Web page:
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Monday, Nov. 8, 1999



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Be glad for Waikiki
visitors, says Don Ho

Tapa

There was a time, Don Ho recalled, when Waikiki's Kalakaua Avenue looked the same -- at 8 p.m. or 4 a.m.

"There was no one there -- you could fire a cannon down the street and hit no one," he said.

"So people (today) don't know what they got -- they have beaucoup people and they should appreciate it."

The entertainer's popularity has been singular in its longevity.

Since the 1960s, Ho has been working steadily in Waikiki -- singing, entertaining, modestly deferring to other Hawaiian musicians but becoming one of the state's most enduring and recognized personalities. He also is involved in a namesake restaurant at the Aloha Tower Marketplace.

"The history was all around me. I just scooted through a crack," he said.

"The Beatles started the same time as me. There was Kent State, the Kennedys' assassinations, Martin Luther King, booze was flowing, sex, drugs -- it was a wild time.

"Then in the '70s, there were these huge tour buses everywhere. They were like elephants screwing up everything, but they brought thousands of people to my shows," Ho remembered.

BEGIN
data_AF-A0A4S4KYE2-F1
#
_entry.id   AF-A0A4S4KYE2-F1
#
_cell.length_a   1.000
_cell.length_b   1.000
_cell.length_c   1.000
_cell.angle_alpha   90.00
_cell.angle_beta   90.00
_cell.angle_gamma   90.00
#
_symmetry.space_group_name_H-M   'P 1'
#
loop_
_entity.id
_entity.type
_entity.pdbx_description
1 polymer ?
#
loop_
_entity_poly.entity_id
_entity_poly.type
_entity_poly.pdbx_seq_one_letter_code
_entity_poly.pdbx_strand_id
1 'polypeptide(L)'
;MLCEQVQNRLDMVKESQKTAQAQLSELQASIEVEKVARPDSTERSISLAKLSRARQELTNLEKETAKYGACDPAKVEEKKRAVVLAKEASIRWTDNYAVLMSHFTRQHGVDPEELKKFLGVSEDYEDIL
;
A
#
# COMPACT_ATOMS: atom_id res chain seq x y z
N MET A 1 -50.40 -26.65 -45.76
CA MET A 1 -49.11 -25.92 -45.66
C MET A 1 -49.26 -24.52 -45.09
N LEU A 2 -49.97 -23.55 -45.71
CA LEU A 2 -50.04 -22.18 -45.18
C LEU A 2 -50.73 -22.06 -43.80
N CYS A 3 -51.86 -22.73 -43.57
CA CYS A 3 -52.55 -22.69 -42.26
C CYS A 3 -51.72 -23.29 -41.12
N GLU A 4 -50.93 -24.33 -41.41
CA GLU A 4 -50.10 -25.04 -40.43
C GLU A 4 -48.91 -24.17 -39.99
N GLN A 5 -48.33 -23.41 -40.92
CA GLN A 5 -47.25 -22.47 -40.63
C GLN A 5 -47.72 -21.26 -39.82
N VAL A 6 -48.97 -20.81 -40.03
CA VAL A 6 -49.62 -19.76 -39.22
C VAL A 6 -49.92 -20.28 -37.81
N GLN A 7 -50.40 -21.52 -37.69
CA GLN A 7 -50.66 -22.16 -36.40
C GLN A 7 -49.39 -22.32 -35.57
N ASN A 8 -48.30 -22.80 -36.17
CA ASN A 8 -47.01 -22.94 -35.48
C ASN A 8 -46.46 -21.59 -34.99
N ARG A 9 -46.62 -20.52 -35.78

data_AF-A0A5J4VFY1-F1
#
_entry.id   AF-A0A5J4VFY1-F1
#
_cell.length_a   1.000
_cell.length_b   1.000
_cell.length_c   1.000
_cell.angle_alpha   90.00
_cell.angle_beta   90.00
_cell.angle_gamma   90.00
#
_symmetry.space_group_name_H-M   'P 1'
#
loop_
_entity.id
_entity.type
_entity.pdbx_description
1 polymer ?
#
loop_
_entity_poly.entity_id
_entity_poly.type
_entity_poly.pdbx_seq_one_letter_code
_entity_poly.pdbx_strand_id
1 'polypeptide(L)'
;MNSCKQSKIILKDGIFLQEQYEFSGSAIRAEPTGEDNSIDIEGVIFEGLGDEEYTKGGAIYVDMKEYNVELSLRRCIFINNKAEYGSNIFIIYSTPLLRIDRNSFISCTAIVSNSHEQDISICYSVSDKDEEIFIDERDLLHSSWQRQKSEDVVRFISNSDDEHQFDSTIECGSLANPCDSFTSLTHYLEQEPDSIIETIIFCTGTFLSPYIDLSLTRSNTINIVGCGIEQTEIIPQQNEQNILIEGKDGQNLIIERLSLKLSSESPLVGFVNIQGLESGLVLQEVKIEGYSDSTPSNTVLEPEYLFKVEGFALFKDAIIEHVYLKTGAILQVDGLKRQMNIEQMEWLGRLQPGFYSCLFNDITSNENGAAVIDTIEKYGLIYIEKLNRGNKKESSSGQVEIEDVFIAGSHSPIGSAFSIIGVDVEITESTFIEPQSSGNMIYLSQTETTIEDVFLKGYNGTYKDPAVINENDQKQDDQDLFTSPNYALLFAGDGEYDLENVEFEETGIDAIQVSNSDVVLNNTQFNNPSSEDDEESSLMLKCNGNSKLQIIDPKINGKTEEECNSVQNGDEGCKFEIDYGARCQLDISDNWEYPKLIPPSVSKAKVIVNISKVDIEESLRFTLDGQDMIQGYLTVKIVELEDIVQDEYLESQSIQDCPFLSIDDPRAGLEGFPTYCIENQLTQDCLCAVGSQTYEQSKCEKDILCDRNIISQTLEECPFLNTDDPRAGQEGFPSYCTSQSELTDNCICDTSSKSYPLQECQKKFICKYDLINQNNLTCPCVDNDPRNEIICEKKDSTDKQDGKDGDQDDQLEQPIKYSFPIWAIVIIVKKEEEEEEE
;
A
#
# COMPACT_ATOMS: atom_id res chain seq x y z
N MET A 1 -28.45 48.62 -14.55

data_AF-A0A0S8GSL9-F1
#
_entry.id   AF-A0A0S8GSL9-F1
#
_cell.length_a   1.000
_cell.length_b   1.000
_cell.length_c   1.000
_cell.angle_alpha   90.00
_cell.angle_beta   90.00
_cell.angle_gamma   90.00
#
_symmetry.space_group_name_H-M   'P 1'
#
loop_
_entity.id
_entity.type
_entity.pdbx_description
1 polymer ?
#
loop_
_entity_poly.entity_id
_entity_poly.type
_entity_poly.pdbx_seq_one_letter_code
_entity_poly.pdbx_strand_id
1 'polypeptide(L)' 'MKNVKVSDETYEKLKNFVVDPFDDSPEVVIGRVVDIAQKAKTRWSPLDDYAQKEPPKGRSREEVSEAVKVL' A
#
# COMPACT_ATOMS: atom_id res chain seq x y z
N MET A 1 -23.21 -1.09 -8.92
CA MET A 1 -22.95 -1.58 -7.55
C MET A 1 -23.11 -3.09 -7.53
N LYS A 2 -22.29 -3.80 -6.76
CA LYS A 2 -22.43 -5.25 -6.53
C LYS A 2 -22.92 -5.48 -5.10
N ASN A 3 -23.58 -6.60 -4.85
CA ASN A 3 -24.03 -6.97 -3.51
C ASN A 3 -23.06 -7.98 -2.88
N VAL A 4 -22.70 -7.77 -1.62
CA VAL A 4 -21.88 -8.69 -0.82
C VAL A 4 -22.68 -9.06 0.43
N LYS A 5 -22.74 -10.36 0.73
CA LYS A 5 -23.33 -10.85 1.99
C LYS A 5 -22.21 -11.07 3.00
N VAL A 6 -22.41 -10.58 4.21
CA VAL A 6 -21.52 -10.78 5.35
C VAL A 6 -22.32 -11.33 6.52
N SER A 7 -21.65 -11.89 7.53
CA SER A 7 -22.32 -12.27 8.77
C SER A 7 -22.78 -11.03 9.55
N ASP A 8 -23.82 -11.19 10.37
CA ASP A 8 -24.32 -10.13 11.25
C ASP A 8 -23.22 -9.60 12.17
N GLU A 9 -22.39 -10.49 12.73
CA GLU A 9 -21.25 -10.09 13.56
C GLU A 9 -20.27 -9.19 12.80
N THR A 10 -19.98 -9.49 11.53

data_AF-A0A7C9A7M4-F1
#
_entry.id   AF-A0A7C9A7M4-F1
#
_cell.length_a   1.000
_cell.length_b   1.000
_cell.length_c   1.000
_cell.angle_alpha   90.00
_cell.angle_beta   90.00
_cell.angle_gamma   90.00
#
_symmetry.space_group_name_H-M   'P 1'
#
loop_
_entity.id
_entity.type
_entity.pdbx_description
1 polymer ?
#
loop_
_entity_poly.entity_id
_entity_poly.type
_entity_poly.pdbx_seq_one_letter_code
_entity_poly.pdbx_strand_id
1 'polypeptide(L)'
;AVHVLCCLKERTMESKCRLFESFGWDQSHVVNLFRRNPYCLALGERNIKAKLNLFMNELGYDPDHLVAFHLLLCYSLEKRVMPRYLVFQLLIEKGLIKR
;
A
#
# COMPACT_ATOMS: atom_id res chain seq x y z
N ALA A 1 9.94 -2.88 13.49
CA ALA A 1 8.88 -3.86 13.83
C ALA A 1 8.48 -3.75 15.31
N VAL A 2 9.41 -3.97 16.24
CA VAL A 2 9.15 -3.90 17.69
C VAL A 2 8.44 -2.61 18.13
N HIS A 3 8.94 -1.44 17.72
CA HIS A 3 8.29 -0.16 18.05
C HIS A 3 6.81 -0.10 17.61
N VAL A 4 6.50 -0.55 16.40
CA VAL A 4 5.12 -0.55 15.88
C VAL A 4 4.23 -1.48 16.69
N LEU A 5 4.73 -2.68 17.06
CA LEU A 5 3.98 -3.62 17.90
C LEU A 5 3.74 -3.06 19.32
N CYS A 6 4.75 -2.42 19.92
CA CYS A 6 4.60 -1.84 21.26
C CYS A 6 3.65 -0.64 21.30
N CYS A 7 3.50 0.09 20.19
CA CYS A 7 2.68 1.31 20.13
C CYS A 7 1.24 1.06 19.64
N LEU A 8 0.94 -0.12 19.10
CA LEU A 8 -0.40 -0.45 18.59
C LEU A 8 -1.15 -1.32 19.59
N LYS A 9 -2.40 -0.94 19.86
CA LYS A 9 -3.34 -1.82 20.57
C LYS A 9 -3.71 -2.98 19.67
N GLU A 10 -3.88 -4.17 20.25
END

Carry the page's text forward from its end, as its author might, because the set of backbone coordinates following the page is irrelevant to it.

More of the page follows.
"The '80s were the worst -- I had a Polynesian-type show and it wasn't my thing. But (in) the '90s I went back to my music. I enjoy it a lot."

Hawaiian music, Ho cautioned, is not a constant. It is changing because its origins came from all the different people who came to Hawaii.

"Hawaiian music is hybrid stuff. It is a continuation of the influences of the outside world, and it was put together by embracing the melody lines of the outside world."

Where the music will go, Ho said, is anyone's guess. There is Hawaiian music influenced today by reggae and rap. He likes it, he said, "as long as the message causes the kids to listen."




About this Series

The Honolulu Star-Bulletin is counting down to year 2000 with this special series. Each installment will chronicle important eras in Hawaii's history, featuring a timeline of that particular period. This is the final installment.

Series Archive

Project Editor: Lucy Young-Oda
Chief Photographer:Dean Sensui



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